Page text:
“A fool gives full vent to his anger, but a wise man keeps himself under control.” Proverbs 29:11
Many people who aren’t necessarily physically abusive make life miserable for those around them through their cutting words and lack of patience. In fact, almost everyone struggles with anger from time to time.
Only a few pages into God’s Word, the first major case of anger erupted: “Then the Lord said to Cain, ‘Why are you angry? Why is your face downcast?” (Genesis 4:6). Sadly, Cain’s misdirected anger ran its course, and shortly thereafter he struck down his brother, Abel.
If you’ve struggled with anger, it may surprise you to know that anger is not necessarily sinful behavior. For example, when Saul learned that the Ammonites were threatening to take over the city of Jabesh, “the Spirit of God came upon him in power and he burned with anger” (1 Samuel 11:6b). That anger, you recall, brought victory for Israel and defeat for the enemies of God.
Jesus became angry when He saw the Temple being desecrated (John 2:17). The gospels also report that at the synagogue one Sabbath, the Pharisees opposed the healing of a handicapped man, and Jesus “looked around at them in anger” (Mark 3:5). So, biblically, you can’t say that anger per se is sin, since the Bible clearly says Jesus was without sin.
Also, Paul told the Ephesian believers, “In your anger, do not sin” (Ephesians 4:26). While not all anger is sin, it easily can become sin if we harbor resentment and bitterness, or “let the sun go down while [we] are still angry”.
Anger becomes sin when it’s directed at other people, when it’s full of vindictiveness and retaliation, and when it is used as a crowbar to manipulate other people.
If anger dominates and clearly controls your life, follow these steps from God’s Word.
Realize that it’s fruitless to try to “pay back” others for wrongs they’ve perpetrated against you. Since most of our anger is directed toward people who have offended us, we need to know what God says concerning our response. “Do not take revenge, my friends, but leave room for God’s wrath, for it is written: ‘It is mine to avenge; I will repay,’ says the Lord.” Romans 12:19
See also: Proverbs 6:34, 14:17, 12:16, and 14:29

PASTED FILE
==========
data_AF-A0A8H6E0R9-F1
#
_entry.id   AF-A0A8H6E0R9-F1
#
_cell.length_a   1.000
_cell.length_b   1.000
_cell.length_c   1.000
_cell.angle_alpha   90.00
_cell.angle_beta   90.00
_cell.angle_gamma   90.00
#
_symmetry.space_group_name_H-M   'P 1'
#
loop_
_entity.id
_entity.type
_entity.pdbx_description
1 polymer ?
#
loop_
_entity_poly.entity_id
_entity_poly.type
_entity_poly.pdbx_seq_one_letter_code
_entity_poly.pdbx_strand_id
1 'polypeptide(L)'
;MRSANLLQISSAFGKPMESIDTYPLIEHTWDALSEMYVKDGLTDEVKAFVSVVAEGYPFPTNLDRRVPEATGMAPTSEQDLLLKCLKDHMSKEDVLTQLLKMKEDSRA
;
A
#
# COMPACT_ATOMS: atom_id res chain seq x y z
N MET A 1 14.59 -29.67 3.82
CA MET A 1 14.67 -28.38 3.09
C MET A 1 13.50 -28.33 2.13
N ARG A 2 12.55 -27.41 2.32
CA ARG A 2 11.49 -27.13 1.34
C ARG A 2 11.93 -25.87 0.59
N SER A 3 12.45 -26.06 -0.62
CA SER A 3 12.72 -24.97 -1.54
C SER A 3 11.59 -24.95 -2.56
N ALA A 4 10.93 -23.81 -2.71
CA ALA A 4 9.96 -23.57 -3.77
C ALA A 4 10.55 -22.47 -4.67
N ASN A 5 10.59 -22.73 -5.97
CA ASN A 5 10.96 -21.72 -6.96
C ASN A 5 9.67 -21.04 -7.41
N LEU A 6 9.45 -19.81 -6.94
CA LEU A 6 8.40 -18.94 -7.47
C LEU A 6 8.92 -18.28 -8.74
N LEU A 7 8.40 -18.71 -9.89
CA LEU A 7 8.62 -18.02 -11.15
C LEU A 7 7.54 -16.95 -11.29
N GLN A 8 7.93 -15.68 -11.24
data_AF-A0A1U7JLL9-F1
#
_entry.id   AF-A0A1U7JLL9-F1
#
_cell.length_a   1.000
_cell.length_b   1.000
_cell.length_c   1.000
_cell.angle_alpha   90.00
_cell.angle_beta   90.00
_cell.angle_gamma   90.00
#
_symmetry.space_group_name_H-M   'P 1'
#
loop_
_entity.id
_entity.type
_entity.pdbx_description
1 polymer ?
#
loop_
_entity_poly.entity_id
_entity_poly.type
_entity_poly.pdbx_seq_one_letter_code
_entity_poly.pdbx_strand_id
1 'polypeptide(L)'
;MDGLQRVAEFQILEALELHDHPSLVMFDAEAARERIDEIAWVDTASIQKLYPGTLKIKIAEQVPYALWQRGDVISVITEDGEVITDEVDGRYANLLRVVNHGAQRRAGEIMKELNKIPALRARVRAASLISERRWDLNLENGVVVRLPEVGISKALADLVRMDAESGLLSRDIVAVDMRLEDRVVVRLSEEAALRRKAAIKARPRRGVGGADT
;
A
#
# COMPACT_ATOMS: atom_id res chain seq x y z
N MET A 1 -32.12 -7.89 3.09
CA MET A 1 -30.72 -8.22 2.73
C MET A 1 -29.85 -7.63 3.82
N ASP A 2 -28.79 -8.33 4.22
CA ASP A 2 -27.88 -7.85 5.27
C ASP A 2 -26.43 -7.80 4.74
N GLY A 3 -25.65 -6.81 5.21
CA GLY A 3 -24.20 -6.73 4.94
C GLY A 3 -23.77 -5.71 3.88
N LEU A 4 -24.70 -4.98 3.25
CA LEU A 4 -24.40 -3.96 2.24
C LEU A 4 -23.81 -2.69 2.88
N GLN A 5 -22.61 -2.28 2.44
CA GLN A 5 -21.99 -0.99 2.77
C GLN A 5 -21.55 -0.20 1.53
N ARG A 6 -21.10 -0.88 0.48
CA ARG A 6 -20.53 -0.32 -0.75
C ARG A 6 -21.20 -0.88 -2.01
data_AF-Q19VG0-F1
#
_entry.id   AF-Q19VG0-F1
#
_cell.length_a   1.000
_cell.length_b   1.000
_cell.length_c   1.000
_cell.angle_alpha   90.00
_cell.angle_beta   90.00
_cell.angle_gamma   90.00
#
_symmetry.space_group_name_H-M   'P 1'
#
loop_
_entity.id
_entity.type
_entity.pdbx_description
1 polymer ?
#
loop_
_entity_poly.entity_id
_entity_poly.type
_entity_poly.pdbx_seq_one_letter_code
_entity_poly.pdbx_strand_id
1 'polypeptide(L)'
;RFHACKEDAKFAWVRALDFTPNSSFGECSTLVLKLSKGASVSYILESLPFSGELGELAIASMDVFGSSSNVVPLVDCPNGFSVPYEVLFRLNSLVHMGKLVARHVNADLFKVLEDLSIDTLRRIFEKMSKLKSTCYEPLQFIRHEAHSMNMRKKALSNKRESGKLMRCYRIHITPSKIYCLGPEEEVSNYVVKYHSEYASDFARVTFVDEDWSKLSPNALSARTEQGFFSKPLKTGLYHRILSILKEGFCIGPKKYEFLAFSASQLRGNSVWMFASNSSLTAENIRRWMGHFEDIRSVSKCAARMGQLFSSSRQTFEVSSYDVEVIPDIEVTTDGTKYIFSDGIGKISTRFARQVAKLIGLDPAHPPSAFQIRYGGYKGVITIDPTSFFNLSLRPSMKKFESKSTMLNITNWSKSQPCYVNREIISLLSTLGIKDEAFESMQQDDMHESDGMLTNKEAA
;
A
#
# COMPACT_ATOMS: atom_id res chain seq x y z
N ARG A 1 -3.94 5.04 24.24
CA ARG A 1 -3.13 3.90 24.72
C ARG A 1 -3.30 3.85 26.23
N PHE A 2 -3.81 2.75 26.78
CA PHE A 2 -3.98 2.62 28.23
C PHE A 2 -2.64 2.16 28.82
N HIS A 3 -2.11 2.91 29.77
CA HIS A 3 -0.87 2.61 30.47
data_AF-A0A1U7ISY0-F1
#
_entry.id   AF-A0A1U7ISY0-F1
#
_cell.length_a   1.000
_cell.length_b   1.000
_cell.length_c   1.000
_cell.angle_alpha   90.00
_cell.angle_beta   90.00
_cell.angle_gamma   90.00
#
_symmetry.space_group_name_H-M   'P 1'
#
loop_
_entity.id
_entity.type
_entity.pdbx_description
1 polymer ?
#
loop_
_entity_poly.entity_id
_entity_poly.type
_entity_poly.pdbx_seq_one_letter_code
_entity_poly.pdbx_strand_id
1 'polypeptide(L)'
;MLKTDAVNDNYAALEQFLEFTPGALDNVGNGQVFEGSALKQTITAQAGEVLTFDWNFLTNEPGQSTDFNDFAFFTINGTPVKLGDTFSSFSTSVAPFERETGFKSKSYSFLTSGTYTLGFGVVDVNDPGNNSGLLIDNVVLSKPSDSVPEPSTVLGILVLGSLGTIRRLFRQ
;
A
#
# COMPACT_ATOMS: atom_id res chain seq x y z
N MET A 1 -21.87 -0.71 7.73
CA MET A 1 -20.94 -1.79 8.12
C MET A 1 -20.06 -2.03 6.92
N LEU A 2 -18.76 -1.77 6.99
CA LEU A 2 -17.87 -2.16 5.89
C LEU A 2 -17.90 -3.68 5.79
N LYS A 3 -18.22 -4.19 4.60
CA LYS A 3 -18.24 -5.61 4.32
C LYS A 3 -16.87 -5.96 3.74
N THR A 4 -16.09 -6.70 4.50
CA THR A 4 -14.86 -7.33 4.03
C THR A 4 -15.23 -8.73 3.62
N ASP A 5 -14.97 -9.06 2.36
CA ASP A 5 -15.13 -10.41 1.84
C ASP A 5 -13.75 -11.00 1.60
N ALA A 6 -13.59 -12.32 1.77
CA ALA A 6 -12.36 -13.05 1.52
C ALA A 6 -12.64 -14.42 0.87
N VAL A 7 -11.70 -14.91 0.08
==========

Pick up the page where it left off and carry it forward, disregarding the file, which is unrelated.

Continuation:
Understand that your wrath toward others blocks God’s ministry to them. While the object of your vented anger is dealing with how to respond, he or she cannot become the righteous person God desires. Your anger is blocking that. Your anger throws a monkey wrench into what God wants to do in that person’s life – let alone what He wants to do in and through your life.
“My dear brothers, take note of this: Everyone should be quick to listen, slow to speak and slow to become angry, for man’s anger does not bring about the righteous life that God desires.” James 1:19-20
Remember that being mad at others is a prelude to deeper disaster. Proverbs warns that “stirring up anger produces strife” (Proverbs 30:33b) and that “starting a quarrel is like breaching a dam; so drop the matter before a dispute breaks out” (Proverbs 17:14). See also: Proverbs 25:28, 29:22; Ecclesiastes 7:9; and Matthew 5:22.
Recognize that God wants you to get rid of destructive anger. We don’t have to guess at what God wants from us in this area. The apostle Paul candidly says: “Get rid of all bitterness, rage and anger, brawling and slander” (Ecclesiastes 4:31a).
If that’s not clear enough, Paul says it again: “But now you must rid yourselves of all such things as these: anger, rage, malice, slander, and filthy language from your lips” (Colossians 3:8).
Before another day goes by, anger-proof your speech. Have you done an inventory on your tone of voice and choice of words when talking to others at whom you are angry? Remember, volatile words are the prelude to volatile acts.
God’s Word warns we will be judged by our speech: “But I tell you that men will have to give account on the day of judgement for every careless word they have spoken” (Matthew 12:36).
God can give you victory in this area! Make this your prayer: “Lord, I relinquish my anger to you right now. I renounce my bitterness, my rage, and all the burning hatred I’ve had for others. Lord, replace my anger with your sweet calm and love. Amen”